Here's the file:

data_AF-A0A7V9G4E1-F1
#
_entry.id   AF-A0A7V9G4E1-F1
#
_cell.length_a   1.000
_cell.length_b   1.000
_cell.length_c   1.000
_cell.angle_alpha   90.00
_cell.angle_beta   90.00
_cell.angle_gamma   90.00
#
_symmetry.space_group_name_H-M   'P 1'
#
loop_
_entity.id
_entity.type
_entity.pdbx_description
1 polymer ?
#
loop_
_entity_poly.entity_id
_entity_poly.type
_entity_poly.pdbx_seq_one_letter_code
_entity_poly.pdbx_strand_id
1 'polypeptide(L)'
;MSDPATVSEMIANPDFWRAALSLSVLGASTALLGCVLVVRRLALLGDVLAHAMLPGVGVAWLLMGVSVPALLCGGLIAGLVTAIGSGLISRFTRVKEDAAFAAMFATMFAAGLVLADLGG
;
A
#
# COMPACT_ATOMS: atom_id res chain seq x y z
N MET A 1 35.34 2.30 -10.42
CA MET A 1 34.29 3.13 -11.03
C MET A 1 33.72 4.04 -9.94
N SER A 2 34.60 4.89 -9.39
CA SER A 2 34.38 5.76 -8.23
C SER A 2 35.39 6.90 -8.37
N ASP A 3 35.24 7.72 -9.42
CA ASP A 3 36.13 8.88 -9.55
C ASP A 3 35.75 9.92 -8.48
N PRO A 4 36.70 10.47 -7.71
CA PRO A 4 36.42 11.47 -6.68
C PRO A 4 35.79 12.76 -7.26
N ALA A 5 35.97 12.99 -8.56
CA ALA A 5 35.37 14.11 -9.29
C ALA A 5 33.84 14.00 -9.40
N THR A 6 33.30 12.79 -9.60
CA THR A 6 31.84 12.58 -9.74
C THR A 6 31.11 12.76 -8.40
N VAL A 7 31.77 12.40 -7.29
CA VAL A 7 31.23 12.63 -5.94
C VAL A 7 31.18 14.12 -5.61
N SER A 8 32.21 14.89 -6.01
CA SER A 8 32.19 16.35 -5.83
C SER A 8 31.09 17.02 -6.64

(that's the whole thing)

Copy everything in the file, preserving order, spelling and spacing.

data_AF-A0A7V9G4E1-F1
#
_entry.id   AF-A0A7V9G4E1-F1
#
_cell.length_a   1.000
_cell.length_b   1.000
_cell.length_c   1.000
_cell.angle_alpha   90.00
_cell.angle_beta   90.00
_cell.angle_gamma   90.00
#
_symmetry.space_group_name_H-M   'P 1'
#
loop_
_entity.id
_entity.type
_entity.pdbx_description
1 polymer ?
#
loop_
_entity_poly.entity_id
_entity_poly.type
_entity_poly.pdbx_seq_one_letter_code
_entity_poly.pdbx_strand_id
1 'polypeptide(L)'
;MSDPATVSEMIANPDFWRAALSLSVLGASTALLGCVLVVRRLALLGDVLAHAMLPGVGVAWLLMGVSVPALLCGGLIAGLVTAIGSGLISRFTRVKEDAAFAAMFATMFAAGLVLADLGG
;
A
#
# COMPACT_ATOMS: atom_id res chain seq x y z
N MET A 1 35.34 2.30 -10.42
CA MET A 1 34.29 3.13 -11.03
C MET A 1 33.72 4.04 -9.94
N SER A 2 34.60 4.89 -9.39
CA SER A 2 34.38 5.76 -8.23
C SER A 2 35.39 6.90 -8.37
N ASP A 3 35.24 7.72 -9.42
CA ASP A 3 36.13 8.88 -9.55
C ASP A 3 35.75 9.92 -8.48
N PRO A 4 36.70 10.47 -7.71
CA PRO A 4 36.42 11.47 -6.68
C PRO A 4 35.79 12.76 -7.26
N ALA A 5 35.97 12.99 -8.56
CA ALA A 5 35.37 14.11 -9.29
C ALA A 5 33.84 14.00 -9.40
N THR A 6 33.30 12.79 -9.60
CA THR A 6 31.84 12.58 -9.74
C THR A 6 31.11 12.76 -8.40
N VAL A 7 31.77 12.40 -7.29
CA VAL A 7 31.23 12.63 -5.94
C VAL A 7 31.18 14.12 -5.61
N SER A 8 32.21 14.89 -6.01
CA SER A 8 32.19 16.35 -5.83
C SER A 8 31.09 17.02 -6.64